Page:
Processed tobacco and tobacco products, are susceptible to cigarette beetle attack. Cigarette beetles often infest tobacco manufacturing and retail outlets. Besides tobacco, cigarette beetles are also secondary pests of many other produces, such as wheat flour, wheat bran, rice, rice meals, barley, corn meal, soybean meals, sun flower meals, legume seeds, peanuts, ginger, nutmeg, curry powder, figs, raisins, chili powder, cayenne pepper, paprika, dried fish, fish meals, dates, yeast, and even drugs. Many dried plant materials, such as dried flowers and herbarium materials may be infested too. Other non-food items they attack are leather, woolen clothes, glue in book covers, bamboo and furniture with straw stuffing.
Cigarette beetles are 1/8 inch (2.0-3.7 mm) in length and light to dark brown in color. They resemble drugstore beetles, but do not have the lines of pits on their backs (wing covers). The wing covers appear smooth. Antennae are saw-like with the same thickness from the base to the tip. The head is bent down sharply, nearly at a right angle to the body, giving a humpback appearance when viewed from the side. Eggs are pearly white, and covered by a waxy shell to protect them from drying out, so they are not easily seen with the naked eye. Larvae are creamy-colored or grayish-white and covered with fine light brown hairs.
Life Cycle and Habits
Females lay 30 eggs that hatch in about 10 days. On tobacco, eggs are laid in the folds of bundled leaves in storage and also in open end of cigars. On food items, the females lay their eggs in or on the food. The larval period ranges from 5-10 weeks. Newly hatched larvae move away from light and are extremely active, entering small holes in search of food. The larvae make long cylindrical galleries through tobacco leaves and feed on the edges and center of the leaves. In other types of foods, larvae tunnel into the food and make galleries too. Pupae develop in a cell within the tobacco or other food items, or attach to a surface such as tobacco or food processing equipment. Most adults live about 3 weeks, but some can live up to 70-90 days. There are 5-6 generations per year in warm areas, but usually only one generation per year in colder regions. Adults are strong flier and will fly in the late afternoon and on dull cloudy days at temperature above 65o F. They can fly up to a 2 miles range. Cigarette beetles may overwinter as larvae, or as adults.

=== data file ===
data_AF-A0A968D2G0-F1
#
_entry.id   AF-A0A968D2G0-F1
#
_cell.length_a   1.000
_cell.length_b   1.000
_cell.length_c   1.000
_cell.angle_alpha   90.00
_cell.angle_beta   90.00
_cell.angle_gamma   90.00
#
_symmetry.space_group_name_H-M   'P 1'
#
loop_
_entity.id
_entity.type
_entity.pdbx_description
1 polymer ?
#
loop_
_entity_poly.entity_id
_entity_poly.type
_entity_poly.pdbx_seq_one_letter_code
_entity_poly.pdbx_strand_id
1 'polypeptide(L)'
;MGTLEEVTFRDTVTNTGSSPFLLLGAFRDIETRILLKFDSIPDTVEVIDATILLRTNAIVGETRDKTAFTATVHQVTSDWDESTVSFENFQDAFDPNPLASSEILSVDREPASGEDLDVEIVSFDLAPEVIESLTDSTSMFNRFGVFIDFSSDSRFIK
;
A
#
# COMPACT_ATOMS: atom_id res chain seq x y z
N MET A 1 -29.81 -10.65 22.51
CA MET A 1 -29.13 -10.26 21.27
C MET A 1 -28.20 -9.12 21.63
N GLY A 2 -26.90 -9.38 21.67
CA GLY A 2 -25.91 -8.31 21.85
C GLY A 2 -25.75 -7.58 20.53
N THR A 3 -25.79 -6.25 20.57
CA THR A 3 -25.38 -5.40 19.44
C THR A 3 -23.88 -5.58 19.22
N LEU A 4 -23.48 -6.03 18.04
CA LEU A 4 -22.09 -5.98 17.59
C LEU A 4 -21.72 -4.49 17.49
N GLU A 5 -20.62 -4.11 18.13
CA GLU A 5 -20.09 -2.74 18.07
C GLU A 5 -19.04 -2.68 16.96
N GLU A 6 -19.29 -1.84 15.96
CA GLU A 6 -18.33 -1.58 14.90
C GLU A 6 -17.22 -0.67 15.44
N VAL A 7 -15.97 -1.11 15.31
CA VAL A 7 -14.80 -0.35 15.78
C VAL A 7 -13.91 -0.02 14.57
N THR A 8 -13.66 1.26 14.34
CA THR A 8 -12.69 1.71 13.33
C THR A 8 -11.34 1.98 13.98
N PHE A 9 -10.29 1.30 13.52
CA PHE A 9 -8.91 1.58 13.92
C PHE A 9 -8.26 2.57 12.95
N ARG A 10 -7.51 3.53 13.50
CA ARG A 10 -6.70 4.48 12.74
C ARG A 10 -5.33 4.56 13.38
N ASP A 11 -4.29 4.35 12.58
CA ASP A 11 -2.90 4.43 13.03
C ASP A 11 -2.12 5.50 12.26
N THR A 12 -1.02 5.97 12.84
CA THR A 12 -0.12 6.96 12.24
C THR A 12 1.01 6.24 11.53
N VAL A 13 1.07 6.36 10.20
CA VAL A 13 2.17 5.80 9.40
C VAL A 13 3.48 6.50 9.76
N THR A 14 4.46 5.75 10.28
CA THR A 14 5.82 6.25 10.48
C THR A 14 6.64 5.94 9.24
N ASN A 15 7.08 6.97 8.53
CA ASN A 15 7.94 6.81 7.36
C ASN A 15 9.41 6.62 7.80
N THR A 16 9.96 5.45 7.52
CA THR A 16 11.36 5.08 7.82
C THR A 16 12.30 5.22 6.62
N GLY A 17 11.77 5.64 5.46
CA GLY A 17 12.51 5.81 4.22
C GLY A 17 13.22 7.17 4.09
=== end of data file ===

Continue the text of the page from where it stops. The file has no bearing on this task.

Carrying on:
Prevention and Control
Good sanitation is the best prevention and control for cigarette beetle infestations. If you follow a few recommendations you can usually eliminate the problem quickly.
1. Only purchase food packages that are sealed and show no sign of insect damage.
2. Only purchase food in amounts you can use in a short period of time (between 2 to 4 months), especially during the warm summer months.
3. Store all foods in insect-proof containers with tight fitting lids or freeze them in 0o F. Freezing grain products for 3 days after purchase is a good habit.
4. Keep cabinets and the surrounding area clean and free from food spillage. Vacuum all dust and debris from cabinets and floor of the kitchen. Do not clean cabinet with water because this may leave a pasty residue attractive to the pest.
5. Properly ventilate the storage area to discourage these moisture-loving pests.
6. Identify all infested food or other items and discard or treat (by freezing) them. Check decorations that may be in storage. Dried straw flowers can be the source of a cigarette beetle infestation. Infestations can sometimes originate from birdseed or pet food stashed away by mice in an attic or behind a wall.
Avoid using insecticides around food. Use them only as a last resort and carefully follow the label directions. If you decide to use insecticides, choose a household insecticide labeled for pantry pests.
Remove all food and clean cabinets. Discard all infested food. Do not treat surfaces used for food storage, preparation or where kitchen appliances or utensils are kept. Give special attention to cracks and crevices in cabinets. Allow the insecticide to dry before returning food to cabinets. Cover the shelves with clean shelf paper. After treatment, good sanitation and proper storage are keys to preventing future infestations.
Prepared by Idham Harahap, Graduate Assistant, Patricia A. Zungoli, Extension Entomologist/Professor, and Eric P. Benson, Extension Entomologist/Associate Professor, Department of Entomology, Soils, and Plant Sciences, Clemson University.
EIIS/HS-30 (New 02/2001).
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